Kenneth William Kelley, 86, passed away May 5, 2005. He was born on May 16, 1918, in Pawnee, Okla. He was the youngest of 11 children. Many people referred to him simply as "KK." He married Nellie Minerva Ellington on Nov. 26, 1941. She preceded him in death on Dec. 8, 1999.
At the end of 8th grade he came to Pawnee to go to high school and graduated with the class of 1936.
His father and brother opened the Kelley Equipment Store selling John Deere equipment in 1937, and Kenneth was the mechanic. He was known as the best hay baler mechanic in the country, and was extremely knowledgeable in the repair of antique equipment.
He was a member of the Osage County Cattlemen's Assn. and president of the Pawnee County Cattlemen's Assn. from 1966-1968. He was president of the Pawnee Chamber of Commerce, as well as the Pawnee County Democratic Chairman.
In 1969 he bought his first 45 HP Case steam engine to restore. He had attended the Oklahoma Steam Engine Assn. gathering in Waukomis, Okla., which had begun in 1965. He talked with the people in the association and contacted the City of Pawnee to obtain a site to have the show. In 1973 the show was moved to Pawnee, where it has become one of the best in the United States.
At one time he owned the full line of Case steam engines, restoring each of them. He also had a narrow gauge steam train in his back yard, and all of his grandchildren played on it as they grew. This was later taken to the steam park, a railroad track was built and the steam train operated during the show. He also liked buying antique cars. His latest project was a 1925 Model T truck, which he purchased this spring, and was in the process of restoring.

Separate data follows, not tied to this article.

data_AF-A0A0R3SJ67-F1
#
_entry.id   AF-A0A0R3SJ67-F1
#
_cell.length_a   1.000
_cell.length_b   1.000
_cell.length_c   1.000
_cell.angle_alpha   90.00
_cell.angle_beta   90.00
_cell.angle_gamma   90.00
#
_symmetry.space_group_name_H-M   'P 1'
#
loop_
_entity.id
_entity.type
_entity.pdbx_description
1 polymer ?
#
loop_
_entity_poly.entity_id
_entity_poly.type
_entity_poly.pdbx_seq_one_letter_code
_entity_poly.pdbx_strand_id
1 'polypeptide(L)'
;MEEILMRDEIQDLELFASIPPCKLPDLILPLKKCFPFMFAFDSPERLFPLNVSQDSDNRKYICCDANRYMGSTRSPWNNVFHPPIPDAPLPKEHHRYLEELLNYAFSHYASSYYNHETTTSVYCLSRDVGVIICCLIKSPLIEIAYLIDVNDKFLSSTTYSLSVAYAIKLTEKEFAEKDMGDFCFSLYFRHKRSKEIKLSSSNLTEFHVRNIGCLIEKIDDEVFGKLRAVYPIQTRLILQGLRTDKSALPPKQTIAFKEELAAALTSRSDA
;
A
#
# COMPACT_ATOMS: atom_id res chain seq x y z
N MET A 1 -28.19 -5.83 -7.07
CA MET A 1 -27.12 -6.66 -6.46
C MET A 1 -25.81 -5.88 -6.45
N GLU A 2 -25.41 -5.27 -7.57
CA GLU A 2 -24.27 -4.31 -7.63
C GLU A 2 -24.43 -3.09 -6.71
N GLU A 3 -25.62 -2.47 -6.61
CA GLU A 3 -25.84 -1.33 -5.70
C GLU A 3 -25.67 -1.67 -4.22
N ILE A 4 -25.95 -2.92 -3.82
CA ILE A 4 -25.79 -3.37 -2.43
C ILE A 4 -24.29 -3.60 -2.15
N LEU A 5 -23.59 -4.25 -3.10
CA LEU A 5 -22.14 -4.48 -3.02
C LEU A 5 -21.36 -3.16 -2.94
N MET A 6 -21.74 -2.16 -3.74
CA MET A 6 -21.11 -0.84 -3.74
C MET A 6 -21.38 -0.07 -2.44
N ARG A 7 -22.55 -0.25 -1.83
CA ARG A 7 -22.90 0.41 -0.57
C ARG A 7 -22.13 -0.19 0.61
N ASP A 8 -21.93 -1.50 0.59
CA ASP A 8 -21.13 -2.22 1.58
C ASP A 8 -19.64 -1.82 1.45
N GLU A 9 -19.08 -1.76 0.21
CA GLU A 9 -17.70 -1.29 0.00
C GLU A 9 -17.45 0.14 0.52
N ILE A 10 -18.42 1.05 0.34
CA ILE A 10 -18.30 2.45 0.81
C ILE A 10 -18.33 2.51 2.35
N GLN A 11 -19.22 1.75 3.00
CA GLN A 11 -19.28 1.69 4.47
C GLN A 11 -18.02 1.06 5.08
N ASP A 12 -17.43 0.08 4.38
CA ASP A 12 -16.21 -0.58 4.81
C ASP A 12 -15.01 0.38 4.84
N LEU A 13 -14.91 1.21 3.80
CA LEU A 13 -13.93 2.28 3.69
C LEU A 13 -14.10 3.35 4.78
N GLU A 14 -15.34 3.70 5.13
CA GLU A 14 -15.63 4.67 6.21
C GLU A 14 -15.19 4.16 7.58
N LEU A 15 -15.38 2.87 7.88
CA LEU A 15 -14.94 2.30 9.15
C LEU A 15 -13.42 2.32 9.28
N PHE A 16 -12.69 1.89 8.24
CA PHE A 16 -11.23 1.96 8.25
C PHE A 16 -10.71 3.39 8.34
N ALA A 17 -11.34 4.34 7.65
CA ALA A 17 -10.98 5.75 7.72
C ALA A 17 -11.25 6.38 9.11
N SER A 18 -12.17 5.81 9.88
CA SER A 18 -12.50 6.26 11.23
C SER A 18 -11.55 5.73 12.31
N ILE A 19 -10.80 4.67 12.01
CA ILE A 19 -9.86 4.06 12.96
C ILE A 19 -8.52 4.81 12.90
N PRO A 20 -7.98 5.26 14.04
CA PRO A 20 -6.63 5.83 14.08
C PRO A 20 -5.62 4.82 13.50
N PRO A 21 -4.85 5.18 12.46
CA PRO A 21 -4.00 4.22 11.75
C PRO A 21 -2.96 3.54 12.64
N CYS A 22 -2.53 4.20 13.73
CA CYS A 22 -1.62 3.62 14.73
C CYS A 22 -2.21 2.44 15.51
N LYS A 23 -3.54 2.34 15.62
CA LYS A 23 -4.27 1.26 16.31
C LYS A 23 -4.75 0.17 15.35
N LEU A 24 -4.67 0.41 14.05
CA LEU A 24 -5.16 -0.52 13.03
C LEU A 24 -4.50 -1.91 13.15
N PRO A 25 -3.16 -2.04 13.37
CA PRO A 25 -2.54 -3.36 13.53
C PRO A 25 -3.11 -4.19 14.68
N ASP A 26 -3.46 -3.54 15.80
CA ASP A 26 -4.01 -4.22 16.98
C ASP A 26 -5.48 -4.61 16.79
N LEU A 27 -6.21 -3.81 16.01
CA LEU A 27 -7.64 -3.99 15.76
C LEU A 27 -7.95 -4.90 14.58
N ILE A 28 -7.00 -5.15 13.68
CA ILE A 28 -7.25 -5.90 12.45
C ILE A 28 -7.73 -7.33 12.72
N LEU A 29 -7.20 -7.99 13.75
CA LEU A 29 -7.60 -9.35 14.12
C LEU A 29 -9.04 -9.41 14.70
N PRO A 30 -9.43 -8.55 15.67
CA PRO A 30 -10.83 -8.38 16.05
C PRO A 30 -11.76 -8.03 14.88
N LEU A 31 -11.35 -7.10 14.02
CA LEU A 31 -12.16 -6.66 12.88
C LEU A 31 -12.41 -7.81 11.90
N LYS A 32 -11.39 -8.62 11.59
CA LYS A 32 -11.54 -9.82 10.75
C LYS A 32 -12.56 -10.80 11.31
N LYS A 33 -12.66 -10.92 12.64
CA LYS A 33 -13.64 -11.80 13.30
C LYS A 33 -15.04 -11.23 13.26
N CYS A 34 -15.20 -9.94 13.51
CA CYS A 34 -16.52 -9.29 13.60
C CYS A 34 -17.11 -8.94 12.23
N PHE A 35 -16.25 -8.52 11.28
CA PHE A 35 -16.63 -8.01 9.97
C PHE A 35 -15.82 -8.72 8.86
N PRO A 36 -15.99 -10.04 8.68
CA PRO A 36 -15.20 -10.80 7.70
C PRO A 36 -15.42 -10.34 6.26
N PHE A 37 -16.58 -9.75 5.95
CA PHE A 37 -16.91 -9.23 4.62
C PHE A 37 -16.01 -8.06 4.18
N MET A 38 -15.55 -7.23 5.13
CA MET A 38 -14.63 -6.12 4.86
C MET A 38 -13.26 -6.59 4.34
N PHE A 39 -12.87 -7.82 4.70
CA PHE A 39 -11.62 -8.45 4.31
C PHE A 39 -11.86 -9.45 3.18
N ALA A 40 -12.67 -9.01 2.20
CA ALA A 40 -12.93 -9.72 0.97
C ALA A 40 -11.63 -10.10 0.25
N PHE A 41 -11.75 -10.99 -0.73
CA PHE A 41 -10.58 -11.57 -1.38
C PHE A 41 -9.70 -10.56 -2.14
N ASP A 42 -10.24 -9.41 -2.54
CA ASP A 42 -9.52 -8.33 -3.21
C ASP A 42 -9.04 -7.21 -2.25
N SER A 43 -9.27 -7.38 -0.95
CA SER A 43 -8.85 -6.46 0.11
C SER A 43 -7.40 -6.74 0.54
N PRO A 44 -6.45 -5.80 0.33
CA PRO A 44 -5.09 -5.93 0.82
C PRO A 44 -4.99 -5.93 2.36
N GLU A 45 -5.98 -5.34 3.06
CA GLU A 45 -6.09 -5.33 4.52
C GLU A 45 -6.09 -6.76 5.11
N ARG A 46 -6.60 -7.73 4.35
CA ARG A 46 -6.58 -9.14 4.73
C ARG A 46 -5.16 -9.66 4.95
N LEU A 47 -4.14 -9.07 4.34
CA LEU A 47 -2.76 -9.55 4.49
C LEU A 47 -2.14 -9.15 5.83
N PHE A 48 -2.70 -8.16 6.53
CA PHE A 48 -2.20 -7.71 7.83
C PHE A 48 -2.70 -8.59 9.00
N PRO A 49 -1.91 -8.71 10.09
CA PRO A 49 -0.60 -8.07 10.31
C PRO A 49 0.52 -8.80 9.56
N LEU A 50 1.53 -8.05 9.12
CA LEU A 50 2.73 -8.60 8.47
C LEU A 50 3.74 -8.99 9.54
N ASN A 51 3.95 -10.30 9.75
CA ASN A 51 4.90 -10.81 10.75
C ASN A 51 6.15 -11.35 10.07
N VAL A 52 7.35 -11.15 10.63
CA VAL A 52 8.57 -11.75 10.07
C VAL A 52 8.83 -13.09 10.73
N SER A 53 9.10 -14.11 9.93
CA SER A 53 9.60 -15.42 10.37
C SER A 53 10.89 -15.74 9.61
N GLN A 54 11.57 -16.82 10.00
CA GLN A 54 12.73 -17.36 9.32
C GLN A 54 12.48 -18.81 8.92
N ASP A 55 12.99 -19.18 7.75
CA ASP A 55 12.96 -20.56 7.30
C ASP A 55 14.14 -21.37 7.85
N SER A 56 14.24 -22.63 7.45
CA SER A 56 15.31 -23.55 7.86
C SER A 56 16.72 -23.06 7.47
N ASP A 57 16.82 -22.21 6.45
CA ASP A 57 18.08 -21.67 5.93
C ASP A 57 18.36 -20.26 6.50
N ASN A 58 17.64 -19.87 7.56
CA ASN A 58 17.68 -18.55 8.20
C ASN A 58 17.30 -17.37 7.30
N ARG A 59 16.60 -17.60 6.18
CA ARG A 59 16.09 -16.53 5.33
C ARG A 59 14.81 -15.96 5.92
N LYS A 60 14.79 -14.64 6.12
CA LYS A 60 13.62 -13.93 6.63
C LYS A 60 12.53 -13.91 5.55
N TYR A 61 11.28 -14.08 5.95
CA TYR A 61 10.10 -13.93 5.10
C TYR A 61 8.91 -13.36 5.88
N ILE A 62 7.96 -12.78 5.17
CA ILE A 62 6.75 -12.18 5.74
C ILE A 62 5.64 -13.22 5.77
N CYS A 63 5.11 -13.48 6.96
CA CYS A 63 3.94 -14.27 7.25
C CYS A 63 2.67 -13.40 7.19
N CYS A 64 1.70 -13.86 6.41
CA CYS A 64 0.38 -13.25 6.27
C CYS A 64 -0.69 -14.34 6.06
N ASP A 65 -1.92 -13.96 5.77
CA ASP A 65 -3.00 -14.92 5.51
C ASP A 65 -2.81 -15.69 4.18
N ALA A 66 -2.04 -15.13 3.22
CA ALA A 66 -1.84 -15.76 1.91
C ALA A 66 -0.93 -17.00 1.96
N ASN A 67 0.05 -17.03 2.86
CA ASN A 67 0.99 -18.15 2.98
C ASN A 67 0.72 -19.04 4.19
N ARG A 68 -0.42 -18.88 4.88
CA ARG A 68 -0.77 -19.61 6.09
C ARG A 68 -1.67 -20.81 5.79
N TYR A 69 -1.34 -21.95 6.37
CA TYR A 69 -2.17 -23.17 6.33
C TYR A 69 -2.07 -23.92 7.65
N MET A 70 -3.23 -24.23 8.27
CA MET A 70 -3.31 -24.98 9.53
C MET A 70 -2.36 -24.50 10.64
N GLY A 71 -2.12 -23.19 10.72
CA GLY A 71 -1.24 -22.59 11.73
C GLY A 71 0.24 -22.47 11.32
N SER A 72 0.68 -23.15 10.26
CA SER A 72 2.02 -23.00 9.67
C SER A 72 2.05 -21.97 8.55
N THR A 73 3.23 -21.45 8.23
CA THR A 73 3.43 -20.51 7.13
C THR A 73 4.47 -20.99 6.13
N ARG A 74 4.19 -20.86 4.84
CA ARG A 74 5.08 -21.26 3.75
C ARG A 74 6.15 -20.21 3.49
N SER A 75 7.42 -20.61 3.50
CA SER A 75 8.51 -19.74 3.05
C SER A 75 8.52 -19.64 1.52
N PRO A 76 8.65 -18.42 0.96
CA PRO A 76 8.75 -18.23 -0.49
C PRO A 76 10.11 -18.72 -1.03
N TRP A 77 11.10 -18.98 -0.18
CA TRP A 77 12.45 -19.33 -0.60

He also attended many other steam engine shows in the United States. Minerva's name is on the memorial wall of the Rollag, Minn., steam thresher's association.
He married Norma Davis Greene on June 3, 2000, in North Carolina. They continued to be active in farming and restoring antique equipment, restoring an antique Model T truck and a John Deere Model D tractor, as well as working on some steam engines.
Kenneth is survived by his wife, Norma, of Pawnee; four daughters, Betty Nell Dennis; Janice Bryant; Annetta Franks; and Cindy Jennings; 17 grandchildren; 11 great-grandchildren; two brothers, Floyd and Warren; and two sisters, Alice Benes and Thelma Stewart.
- Submitted by Mark A Corson, Crown Point, Ind.
John Alan Derting, 53, Everett Lane, Ky., died April 5, 2005, at his home of natural causes. A native of Farmville, Va., he was born Dec. 22, 1951.
Alan was a member of our Reeves fraternity. He visited me a few years ago in Kansas, wanting to put his tape measure to certain features on my Reeves 25 HP double-simple engine. Last fall he invited me down for a fall steam plow event that he actually delayed a week from its original scheduled out of courtesy to me. Alan owned a similar Reeves to mine, except it was a cross-compound engine.